Functional amyloids from bacterial biofilms – structural properties and interaction partners
Protein aggregation and amyloid formation have historically been linked with various diseases such as Alzheimer's and Parkinson's disease, but recently functional amyloids have gained a great deal of interest in not causing a disease and having a distinct function in vivo. Functional bacterial amyloids form the structural scaffold in bacterial biofilms and provide a survival strategy for the bacteria along with antibiotic resistance. The formation of functional amyloids happens extracellularly which differs from most disease related amyloids. Studies of functional amyloids have revealed several distinctions compared to disease related amyloids including primary structures designed to optimize amyloid formation while still retaining a controlled assembly of the individual subunits into classical cross-β-sheet structures, along with a unique cross-α-sheet amyloid fold. Studies have revealed that functional amyloids interact with components found in the extracellular matrix space such as lipids from membranes and polymers from the biofilm. Intriguingly, a level of complexity is added as functional amyloids also interact with several disease related amyloids and a causative link has even been established between functional amyloids and neurodegenerative diseases. It is hence becoming increasingly clear that functional amyloids are not inert protein structures found in bacterial biofilms but interact with many different components including human proteins related to pathology. Gaining a clear understanding of the factors governing the interactions will lead to improved strategies to combat biofilm associated infections and the correlated antibiotic resistance. In the current review we summarize the current state of the art knowledge on this exciting and fast growing research field of biofilm forming bacterial functional amyloids, their structural features and interaction partners.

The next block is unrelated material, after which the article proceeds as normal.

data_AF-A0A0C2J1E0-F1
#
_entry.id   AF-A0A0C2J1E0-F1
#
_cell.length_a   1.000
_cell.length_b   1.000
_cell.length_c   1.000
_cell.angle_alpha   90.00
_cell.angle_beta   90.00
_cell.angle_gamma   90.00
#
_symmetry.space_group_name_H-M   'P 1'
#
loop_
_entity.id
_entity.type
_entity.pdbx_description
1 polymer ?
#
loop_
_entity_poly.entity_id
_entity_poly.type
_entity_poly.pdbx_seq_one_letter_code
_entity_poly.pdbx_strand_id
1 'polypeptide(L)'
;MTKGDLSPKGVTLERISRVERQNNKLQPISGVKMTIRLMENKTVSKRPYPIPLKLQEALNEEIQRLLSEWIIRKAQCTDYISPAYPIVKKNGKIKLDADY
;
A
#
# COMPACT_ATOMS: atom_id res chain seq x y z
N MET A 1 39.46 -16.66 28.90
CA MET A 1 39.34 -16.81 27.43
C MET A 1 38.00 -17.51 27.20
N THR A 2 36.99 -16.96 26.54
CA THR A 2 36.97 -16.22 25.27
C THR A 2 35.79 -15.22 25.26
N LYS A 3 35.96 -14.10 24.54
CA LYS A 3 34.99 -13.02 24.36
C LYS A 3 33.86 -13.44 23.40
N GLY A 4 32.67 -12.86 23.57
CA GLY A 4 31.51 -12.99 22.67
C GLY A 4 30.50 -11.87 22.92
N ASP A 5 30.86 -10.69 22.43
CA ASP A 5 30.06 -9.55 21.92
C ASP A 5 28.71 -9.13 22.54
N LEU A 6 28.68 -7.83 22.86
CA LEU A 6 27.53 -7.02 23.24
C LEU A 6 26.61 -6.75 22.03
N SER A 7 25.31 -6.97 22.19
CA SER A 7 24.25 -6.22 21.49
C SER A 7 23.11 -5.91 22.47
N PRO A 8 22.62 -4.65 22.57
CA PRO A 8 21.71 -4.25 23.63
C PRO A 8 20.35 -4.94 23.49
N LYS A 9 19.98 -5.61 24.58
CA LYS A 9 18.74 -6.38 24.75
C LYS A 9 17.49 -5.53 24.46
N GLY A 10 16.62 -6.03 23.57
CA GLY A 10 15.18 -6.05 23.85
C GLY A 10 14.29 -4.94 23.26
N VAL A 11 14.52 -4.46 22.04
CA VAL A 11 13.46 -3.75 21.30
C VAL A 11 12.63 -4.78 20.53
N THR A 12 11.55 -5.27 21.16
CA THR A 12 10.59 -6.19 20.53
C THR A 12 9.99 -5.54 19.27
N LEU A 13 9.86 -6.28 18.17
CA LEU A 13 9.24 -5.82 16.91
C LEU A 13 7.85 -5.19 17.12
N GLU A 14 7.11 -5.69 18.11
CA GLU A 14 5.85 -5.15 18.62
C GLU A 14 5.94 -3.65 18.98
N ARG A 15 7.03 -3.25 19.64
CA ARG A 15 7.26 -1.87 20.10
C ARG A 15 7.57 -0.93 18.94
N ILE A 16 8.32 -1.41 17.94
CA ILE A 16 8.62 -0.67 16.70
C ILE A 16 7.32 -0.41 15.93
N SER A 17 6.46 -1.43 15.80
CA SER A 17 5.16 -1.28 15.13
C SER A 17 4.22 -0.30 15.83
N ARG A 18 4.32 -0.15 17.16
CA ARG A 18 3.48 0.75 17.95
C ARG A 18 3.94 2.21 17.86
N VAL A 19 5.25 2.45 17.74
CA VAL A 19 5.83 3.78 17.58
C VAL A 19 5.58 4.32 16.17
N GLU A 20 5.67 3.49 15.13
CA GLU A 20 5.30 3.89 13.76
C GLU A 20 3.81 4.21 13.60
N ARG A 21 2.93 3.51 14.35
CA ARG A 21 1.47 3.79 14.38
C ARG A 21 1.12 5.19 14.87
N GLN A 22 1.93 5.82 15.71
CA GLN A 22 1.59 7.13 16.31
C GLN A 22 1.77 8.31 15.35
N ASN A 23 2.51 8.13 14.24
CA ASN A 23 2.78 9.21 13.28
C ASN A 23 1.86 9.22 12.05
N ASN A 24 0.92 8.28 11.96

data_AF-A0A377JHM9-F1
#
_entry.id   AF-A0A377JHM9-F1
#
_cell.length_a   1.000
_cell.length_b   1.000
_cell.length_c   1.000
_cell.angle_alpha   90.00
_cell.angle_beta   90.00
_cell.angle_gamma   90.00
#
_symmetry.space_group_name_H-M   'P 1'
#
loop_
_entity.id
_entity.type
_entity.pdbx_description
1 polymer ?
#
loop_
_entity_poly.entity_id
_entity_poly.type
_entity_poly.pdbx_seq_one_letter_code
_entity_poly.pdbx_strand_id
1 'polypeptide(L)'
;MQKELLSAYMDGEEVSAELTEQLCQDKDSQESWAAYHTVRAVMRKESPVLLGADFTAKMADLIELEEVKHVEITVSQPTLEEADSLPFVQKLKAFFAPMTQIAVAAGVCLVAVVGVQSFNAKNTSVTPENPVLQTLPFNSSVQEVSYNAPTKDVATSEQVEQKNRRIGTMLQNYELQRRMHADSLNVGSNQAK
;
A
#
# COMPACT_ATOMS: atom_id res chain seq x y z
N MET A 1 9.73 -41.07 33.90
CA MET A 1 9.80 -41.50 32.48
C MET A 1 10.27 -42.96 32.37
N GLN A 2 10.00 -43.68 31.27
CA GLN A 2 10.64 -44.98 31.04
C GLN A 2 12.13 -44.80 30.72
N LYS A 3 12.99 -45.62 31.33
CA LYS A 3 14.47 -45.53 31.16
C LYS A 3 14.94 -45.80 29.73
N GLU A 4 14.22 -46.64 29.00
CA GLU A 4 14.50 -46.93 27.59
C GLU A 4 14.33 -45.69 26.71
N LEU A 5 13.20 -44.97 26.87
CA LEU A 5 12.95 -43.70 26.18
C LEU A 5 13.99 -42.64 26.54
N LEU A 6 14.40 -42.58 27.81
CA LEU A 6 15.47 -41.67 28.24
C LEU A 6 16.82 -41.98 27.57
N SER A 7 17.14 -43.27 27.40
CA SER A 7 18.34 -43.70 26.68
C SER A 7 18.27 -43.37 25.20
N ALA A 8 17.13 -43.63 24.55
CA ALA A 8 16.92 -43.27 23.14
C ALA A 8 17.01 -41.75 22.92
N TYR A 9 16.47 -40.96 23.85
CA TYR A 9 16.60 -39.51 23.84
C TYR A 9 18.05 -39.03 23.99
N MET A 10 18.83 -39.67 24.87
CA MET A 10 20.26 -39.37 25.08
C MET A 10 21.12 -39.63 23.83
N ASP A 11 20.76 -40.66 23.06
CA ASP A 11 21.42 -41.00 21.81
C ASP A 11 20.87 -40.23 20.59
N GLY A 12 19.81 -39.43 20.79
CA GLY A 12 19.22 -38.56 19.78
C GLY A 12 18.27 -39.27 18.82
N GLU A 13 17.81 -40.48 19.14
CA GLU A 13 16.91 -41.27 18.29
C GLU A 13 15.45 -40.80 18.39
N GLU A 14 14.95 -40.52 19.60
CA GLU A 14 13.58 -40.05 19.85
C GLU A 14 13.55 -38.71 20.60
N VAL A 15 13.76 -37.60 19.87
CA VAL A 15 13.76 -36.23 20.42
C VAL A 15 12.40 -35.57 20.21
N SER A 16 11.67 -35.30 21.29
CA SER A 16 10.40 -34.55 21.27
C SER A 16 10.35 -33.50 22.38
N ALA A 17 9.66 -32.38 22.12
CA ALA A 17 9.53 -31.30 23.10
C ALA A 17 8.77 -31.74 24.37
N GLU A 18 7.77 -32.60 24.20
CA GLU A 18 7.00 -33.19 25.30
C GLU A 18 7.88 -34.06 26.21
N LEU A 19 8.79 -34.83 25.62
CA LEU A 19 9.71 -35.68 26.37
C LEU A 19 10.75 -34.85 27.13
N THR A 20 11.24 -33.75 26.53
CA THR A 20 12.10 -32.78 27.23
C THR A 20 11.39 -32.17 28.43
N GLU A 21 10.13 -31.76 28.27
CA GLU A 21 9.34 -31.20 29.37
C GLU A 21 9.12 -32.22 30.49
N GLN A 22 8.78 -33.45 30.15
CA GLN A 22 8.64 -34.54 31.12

- This article is part of the themed collections: Amyloids and Protein Aggregation and 2022 Chemical Science Perspective & Review Collection